$4.99
iPad Only App - Designed for the iPad
Released: 2012-03-19 :: Category: Games

The Bard’s Tale Review

The Bard’s Tale Review

+ Universal App - Designed for iPhone and iPad
inXile brings the cult classic RPG (from 2004, not 1985) to iOS. Let the rejoicing begin.

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Ash was one of the first RPGs I downloaded when I was a new initiate to the wonders of iOS gaming. I recall being thoroughly impressed by the quality. Well, that quality just got a boost. The original game was released with graphics licensed from RPG Maker, but SRRN Games has replaced all of it with totally original artwork. The new style shares a few basic similarities with the older one, but overall it’s a huge visual change. Especially the character portraits.

Another less obvious but still notable change has to do with the random encounters. One of the game’s initial shortcomings was that there were just so freaking many of them it kind of made getting from point A to point B a pain. This has been rebalanced, so now random encounters are a bit less frequent. They’ll still happen, and they’re still essential to not being caught in a boss battle with one’s pants down, but the decrease will go a long way to making the game more accessible and overall more fun.

Last and most important, Ash is getting an 80% prince drop for the holidays. What was once a great RPG that could be had for $4.99 is now a great RPG made slightly greater and available for a buck. One dollar. $0.99. I’d gladly recommend this game to any RPG fans at $5, but $1? That’s, like, “don’t even think about it just buy it” pricing. So yeah; don’t even think about it, just buy it.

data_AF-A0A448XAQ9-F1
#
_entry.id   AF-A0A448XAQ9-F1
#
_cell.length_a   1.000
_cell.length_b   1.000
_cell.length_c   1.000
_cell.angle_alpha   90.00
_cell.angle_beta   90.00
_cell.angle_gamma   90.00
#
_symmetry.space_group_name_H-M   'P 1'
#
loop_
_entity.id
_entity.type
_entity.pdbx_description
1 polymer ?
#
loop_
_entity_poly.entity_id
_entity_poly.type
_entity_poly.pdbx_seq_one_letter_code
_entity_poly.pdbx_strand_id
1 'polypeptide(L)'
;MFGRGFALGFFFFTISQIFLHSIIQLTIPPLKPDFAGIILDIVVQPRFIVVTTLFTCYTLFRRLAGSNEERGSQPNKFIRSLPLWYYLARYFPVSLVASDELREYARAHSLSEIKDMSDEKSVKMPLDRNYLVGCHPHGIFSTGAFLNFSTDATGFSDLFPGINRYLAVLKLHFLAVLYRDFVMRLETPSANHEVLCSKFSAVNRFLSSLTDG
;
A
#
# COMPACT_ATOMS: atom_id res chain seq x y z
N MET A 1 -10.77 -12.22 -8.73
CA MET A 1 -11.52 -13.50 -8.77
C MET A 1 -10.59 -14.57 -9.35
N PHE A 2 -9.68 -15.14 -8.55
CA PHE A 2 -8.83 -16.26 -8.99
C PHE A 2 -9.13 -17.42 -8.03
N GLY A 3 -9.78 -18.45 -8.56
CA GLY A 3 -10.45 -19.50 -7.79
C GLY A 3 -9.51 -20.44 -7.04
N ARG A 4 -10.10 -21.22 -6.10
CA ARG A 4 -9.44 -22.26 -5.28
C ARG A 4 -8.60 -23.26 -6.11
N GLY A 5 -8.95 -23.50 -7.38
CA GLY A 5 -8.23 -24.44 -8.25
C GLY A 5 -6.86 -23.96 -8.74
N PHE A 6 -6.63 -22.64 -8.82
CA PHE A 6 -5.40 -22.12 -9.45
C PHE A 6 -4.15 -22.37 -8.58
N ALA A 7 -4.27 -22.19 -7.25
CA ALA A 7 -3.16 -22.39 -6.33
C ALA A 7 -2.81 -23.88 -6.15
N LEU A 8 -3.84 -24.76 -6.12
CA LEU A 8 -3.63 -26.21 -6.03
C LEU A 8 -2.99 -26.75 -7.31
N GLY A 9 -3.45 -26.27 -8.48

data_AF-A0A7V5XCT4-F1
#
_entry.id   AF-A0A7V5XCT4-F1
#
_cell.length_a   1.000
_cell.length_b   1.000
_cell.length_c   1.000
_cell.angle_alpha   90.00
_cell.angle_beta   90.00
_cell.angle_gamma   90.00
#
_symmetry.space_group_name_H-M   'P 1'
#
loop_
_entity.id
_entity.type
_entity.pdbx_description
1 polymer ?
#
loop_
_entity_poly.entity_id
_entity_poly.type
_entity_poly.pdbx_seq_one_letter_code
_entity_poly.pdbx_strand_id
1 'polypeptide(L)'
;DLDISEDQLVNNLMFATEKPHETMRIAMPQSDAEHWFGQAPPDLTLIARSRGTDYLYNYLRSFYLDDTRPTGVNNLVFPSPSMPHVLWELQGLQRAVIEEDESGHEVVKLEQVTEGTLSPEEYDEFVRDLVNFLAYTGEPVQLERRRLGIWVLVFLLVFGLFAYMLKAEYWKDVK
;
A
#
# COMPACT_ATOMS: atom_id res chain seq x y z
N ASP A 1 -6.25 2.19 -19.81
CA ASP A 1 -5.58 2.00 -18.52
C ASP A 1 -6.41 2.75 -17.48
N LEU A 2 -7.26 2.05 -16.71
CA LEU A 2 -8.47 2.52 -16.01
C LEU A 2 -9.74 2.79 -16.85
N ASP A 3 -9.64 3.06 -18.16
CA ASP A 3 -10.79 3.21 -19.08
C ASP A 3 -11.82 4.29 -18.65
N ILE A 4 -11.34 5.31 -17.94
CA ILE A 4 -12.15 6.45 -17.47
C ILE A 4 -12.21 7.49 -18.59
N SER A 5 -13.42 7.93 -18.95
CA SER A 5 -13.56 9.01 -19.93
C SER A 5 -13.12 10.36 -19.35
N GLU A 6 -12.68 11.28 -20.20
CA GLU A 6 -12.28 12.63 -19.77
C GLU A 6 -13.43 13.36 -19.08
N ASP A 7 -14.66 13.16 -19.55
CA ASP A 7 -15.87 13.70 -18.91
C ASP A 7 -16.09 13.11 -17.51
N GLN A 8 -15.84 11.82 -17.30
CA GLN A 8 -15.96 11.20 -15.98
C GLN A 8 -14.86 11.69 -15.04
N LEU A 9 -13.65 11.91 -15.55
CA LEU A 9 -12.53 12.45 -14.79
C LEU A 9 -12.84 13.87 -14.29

$0.99
iPhone App - Designed for the iPhone, compatible with the iPad
Released: 2010-07-19 :: Category: Games

Wizardry: Labyrinth of Lost Souls Review

Wizardry: Labyrinth of Lost Souls Review

iPhone App - Designed for the iPhone, compatible with the iPad
Wizardry: Labyrinth of Lost Souls is an uncompromising RPG that's bound to please series fans and role-playing purists. Assuming they can put up with a few missteps.

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Guardian Saga Review

Guardian Saga Review

iPhone App - Designed for the iPhone, compatible with the iPad
Guardian Saga is nothing short of a glorious homage to the classic RPG games of yore.

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Gamebook Adventures 6: The Wizard from Tarnath Tor Review

Gamebook Adventures 6: The Wizard from Tarnath Tor Review

iPhone App - Designed for the iPhone, compatible with the iPad
The sixth volume of the Gamebook Adventure series may not innovate, but it sure as heck entertains.

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Inotia 3 Review

Inotia 3 Review

iPhone App - Designed for the iPhone, compatible with the iPad
Like the other Inotia games, Inotia 3 almost forces you to keep playing with its constantly progressing storyline and unwillingness to see you get stuck.

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DotEmu Summer Sale Cuts Several Games’ Prices to $0.99

DotEmu have started a summer sale for their iOS catalogue, knocking the price of seven games down to just under a dollar for a limited time. The games on sale are: Raiden Legacy - $4.99 $0.99 The Last Express - $4.99 $0.99 Little Big Adventure - $4.99 $0.99 Another World: 20th Anniversary Edition - $3.99 $0.99 Double Dragon Trilogy - $2.99 $0.99 R-Type - $1.99 $0.99 R-Type II - $1.99 $0.99 No end date has been announced for[...]